Here, Thomson, who holds a Ph.D. in Art History from the University of Edinburg, reinterprets the Renaissance and classical treatment of marble; in the stead of Michelangelo’s strapping David or ancient tributes to mythological heroes, he presents simple, delicate, and feminine attire. The juxtaposition of soft content with sturdy material compels the viewer to consider deeper themes, and as these cottony sculptures hang convincingly from hangers, the everyday is elevated to a level as significant and moving as ancient mythologies. Notably, the clothes are also fetchingly modern; in the place of togas, Shine carves belted jumpers and strapless gowns.
While marble art historically has usually been used to express the powerful eroticism of both the male and female body, these hanging garments maintain a charming innocence. Seen in pale white and adorned with frills and ruffles, they wait to be inhabited by a body that will never arrive; limply, they fall and strain against the hanger. Indeed, the pieces are delightful, and viewers might be covetous them, if only they could actually be slipped over human bodies. (via Oddity Central and Colossal)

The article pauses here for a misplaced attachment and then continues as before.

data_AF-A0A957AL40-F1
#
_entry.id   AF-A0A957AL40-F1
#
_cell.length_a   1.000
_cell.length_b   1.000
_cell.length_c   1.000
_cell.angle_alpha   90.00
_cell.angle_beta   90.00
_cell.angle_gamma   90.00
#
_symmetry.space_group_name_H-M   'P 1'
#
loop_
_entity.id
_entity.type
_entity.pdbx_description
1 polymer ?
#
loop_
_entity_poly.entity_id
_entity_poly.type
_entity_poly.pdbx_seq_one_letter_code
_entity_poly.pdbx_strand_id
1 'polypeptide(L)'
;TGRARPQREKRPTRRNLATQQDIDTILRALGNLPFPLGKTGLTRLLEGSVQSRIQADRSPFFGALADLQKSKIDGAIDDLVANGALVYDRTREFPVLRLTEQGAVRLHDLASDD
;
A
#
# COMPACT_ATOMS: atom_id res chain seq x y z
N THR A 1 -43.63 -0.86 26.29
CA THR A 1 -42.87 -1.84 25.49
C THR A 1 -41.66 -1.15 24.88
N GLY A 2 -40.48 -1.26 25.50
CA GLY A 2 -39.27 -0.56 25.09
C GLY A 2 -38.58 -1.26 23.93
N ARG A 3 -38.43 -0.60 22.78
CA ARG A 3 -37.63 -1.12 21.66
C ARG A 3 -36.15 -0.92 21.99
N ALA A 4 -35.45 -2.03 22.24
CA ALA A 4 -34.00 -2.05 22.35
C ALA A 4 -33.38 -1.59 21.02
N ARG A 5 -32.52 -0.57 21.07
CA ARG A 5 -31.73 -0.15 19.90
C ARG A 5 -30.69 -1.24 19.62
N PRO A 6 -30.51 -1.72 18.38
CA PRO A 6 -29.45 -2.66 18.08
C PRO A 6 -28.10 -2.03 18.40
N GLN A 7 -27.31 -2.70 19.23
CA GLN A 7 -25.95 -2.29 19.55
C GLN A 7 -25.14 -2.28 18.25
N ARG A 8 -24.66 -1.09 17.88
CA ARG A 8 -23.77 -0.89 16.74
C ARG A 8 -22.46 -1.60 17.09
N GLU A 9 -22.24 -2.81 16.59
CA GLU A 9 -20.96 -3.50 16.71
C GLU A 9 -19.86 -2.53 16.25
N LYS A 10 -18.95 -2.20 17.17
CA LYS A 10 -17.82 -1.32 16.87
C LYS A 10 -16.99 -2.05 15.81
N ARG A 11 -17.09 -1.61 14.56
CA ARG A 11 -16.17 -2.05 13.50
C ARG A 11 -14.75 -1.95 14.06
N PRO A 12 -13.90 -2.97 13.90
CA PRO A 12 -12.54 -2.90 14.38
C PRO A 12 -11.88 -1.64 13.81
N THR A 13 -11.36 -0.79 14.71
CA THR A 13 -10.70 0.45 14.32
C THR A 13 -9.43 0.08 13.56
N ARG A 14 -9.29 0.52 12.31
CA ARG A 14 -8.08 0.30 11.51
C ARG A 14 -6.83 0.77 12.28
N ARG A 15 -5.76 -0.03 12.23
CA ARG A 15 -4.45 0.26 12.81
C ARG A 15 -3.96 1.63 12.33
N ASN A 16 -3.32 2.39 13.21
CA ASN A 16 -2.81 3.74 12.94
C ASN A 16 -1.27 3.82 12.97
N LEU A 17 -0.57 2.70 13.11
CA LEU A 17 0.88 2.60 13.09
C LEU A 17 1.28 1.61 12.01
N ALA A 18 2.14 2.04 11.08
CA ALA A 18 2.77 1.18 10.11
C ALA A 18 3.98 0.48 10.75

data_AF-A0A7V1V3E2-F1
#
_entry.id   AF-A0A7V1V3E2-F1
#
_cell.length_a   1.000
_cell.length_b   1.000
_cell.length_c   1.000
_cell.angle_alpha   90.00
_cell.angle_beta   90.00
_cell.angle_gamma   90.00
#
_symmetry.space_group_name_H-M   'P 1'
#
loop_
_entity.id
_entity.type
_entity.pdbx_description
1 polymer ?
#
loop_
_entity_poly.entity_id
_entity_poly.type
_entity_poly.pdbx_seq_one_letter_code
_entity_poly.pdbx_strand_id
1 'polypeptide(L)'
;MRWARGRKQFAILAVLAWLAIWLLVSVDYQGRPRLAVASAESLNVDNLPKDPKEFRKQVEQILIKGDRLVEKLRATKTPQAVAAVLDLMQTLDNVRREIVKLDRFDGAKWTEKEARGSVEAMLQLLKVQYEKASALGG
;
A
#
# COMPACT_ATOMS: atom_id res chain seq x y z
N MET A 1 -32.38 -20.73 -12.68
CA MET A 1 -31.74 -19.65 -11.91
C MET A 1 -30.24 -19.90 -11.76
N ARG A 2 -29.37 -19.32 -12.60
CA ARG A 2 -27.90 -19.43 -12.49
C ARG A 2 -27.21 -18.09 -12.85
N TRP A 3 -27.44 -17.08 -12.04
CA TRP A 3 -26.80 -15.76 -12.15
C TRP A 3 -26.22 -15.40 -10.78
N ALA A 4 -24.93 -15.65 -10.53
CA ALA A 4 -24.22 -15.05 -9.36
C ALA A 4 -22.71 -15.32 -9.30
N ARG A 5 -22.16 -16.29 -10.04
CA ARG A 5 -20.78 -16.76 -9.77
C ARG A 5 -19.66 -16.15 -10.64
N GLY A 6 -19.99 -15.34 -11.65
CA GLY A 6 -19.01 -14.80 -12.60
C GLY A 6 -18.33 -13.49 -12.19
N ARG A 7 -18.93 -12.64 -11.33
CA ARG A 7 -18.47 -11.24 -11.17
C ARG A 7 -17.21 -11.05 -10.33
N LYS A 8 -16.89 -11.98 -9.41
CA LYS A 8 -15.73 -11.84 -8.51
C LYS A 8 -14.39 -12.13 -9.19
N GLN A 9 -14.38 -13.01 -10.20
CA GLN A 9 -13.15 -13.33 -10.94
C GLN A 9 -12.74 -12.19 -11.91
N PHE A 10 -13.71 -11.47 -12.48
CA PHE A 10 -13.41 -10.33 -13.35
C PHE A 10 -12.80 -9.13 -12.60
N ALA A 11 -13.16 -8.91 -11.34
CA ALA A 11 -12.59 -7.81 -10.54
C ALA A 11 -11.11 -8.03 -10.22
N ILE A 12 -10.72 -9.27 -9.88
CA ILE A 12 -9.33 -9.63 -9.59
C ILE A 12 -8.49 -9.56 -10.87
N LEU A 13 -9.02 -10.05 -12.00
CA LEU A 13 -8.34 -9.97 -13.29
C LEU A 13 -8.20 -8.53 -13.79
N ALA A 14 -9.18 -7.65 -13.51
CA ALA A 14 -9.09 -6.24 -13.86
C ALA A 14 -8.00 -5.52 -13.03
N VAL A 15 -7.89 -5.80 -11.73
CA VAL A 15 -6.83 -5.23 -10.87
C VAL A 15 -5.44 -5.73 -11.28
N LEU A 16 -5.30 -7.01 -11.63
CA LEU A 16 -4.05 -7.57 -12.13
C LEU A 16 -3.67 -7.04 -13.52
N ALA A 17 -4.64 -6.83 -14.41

Absurd and surreal images from German photographer Martin Scott.
As you may or may not be aware, we recently released our latest book titled Class Clowns into the wild. Today we’re proud to present to you guys the video flip through of book 7. This is especially useful if you’ve yet to order the book, as it allows you to take a glimpse into your near future. And as you can see in the preview above, the Beautiful/Decay book series is 164 pages of rich imagery and ad-free articles. Support your fellow artists and the publication that champions the underdog. Purchase your copy of Beautiful/Decay Book 6 today!
Former art critic William Powhida unpacks his feelings about the art world and community by craftily using the medium itself to exemplify, deconstruct, and evaluate. Whether it’s an installation piece, abstract painting, or neon structure, the essence of art criticism and commercial machine surrounding an artist’s success or failure is heavily examined in his work.